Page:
Directly over the road from my work, (at Slow Boat Records in Cuba Street), is a place that I would describe as an institution, if that didn't sound like a bland, colourless, lifeless place, which it most certainly is not.
Cuba Fruit Mart has been selling the best fresh produce in that same spot in Wellington for about 40 years. Brother and sister duo Sanjay and Joshna Dayal are proper Cuba Street royalty - the third generation of their family to run the store. They are characters who define the neighbourhood, who know all the neighbourhood goss (you obviously see all sorts of things when you are out and about at 4.30am), who supply a great number of the capital's finest restaurants and cafes, and who, in the process of getting to know them, have significantly changed and improved the way that I eat. Chances are, if you have enjoyed food at Logan Brown, Floriditas, Capital, or Fidels, you have eaten some of Cuba Fruit's produce.
When I first came to Wellington, a decade ago, we did all our food shopping at the supermarket, like most people do, I guess. It's convenient, for sure - a massive range of every type of product imaginable, at discounted prices. I used to get the odd bit of fruit or things we'd run out of from Cuba Fruit, and then, when we decided to buy all our fruit and veg from them, I carried over the weekly shopping habit, to Sanjay's disgust - "why don't you just buy what you need for tonight - you only work over the road, you can come in every day!" he would say to me.
So that's what I started to do. I could buy exactly what I wanted to cook that night, and I could make up my mind during the day. It makes for significantly less waste; I can get just a handful of herbs or a single red chili, I can ask what's good and bad, and what's cheap (at the moment, pumpkin and kumara) and expensive (tomatoes, capsicums), and what's coming up on the seasonal calendar, and everything we eat is just that much fresher. I can keep stocked up with kitchen basics that I panic if I run out of like garlic, lemons, onions, potatoes. If I need any special ingredients - cheap berries to make jam, or cheffy, pretentious things like blood oranges, pomegranates, or pea tendrils - I can ask Sanjay and he'll get them from the market for me next day.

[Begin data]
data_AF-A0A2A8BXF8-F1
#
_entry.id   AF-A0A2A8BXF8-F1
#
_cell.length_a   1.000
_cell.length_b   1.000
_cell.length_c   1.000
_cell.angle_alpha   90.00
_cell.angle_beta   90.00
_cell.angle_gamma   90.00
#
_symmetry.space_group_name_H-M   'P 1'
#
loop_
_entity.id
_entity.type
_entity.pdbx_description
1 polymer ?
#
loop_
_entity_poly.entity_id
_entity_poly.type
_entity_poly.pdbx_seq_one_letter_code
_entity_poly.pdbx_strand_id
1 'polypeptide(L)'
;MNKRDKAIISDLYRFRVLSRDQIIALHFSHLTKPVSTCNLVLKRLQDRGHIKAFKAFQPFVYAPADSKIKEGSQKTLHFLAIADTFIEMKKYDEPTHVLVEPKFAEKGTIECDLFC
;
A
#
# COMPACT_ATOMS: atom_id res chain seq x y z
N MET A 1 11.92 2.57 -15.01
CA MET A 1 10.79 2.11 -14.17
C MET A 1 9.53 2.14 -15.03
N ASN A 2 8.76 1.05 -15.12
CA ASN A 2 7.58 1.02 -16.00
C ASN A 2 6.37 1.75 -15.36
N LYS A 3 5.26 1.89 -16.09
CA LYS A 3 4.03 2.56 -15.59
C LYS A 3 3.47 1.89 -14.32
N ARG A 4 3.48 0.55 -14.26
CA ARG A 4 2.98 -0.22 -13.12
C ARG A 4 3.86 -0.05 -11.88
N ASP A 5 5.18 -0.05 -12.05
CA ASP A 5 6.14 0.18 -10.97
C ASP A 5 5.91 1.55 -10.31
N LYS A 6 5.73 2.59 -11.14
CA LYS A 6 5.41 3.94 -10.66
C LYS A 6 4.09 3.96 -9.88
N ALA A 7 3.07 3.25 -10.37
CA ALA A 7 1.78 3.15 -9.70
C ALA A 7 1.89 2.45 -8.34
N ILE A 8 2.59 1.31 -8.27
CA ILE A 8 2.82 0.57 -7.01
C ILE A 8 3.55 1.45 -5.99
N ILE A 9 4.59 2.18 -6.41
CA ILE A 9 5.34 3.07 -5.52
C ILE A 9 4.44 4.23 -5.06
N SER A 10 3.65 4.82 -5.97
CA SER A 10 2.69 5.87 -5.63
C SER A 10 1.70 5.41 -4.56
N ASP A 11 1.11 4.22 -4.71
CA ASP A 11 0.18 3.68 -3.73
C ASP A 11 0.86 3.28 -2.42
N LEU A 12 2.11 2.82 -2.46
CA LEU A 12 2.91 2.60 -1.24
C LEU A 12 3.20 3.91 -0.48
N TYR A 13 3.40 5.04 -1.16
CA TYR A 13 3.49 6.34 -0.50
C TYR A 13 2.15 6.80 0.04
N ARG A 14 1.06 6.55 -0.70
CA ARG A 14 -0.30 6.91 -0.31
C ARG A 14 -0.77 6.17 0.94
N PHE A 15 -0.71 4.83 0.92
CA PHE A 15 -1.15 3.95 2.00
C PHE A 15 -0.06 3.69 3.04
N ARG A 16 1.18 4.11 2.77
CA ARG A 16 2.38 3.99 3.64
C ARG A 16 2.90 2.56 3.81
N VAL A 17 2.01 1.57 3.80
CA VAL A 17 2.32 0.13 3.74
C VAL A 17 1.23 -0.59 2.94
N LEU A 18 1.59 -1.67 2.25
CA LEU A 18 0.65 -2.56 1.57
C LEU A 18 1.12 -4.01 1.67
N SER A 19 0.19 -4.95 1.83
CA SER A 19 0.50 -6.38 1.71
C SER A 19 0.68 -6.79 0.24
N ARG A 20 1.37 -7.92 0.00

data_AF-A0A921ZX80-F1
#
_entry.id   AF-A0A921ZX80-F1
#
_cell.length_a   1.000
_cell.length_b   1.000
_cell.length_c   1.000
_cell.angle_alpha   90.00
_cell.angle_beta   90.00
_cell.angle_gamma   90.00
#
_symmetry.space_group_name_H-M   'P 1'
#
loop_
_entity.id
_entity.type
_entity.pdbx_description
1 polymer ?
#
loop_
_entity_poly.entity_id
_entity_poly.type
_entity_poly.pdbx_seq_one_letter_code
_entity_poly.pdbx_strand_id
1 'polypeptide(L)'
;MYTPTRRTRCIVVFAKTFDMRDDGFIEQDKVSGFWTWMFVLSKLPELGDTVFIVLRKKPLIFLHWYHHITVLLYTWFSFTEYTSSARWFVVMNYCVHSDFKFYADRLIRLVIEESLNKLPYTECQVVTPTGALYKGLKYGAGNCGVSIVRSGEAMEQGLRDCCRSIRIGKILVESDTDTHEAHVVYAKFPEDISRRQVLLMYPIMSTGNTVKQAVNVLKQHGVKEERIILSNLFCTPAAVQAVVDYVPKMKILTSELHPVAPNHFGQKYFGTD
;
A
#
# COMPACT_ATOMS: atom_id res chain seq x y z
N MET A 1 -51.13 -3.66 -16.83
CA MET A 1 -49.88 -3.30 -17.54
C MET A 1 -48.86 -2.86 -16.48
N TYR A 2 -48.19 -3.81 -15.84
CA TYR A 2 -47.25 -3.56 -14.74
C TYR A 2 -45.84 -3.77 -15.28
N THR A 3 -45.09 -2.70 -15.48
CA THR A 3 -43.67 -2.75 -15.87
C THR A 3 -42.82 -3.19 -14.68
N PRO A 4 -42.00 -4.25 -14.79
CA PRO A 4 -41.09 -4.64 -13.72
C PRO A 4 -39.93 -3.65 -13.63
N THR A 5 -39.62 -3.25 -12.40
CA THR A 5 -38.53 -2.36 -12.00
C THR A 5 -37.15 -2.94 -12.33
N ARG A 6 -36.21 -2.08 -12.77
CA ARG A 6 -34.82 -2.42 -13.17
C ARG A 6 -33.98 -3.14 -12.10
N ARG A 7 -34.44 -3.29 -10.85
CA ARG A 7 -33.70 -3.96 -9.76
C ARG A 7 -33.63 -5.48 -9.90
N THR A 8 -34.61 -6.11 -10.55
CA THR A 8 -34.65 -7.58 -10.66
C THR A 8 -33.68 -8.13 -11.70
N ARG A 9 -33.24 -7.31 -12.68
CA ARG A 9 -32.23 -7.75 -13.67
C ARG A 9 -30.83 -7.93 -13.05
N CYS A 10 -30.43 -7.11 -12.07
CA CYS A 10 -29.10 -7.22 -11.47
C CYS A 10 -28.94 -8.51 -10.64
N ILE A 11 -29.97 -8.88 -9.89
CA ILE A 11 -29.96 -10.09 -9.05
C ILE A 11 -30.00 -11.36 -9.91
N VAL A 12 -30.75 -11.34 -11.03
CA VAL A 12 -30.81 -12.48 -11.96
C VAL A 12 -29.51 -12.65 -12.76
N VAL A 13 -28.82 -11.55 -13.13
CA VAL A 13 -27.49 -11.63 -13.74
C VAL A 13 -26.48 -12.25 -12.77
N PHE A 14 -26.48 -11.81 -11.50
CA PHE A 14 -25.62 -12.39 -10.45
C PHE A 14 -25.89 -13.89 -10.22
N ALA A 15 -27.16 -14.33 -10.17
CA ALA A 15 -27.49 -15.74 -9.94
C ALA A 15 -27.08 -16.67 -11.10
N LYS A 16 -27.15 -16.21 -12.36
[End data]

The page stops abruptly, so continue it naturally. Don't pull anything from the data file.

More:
I think it is really important to deal directly, if you can, with the people who your dollar goes to; to develop a relationship with your food suppliers, so they can get to know what you like (and introduce you to new things!), and to support local businesses. It is usually worth paying a little more (though Cuba Fruit compared favourably to supermarket prices in a recent survey) to have expert advice and a bigger and better range of choices. They... know things. And if you are confused about anything, just ask them.
So who are your "local" food faves - people or stores that have shaped the way you eat, and the way you think about food?
Picture of Sanjay Dayal by Kent Blechynden/The Dominion Post
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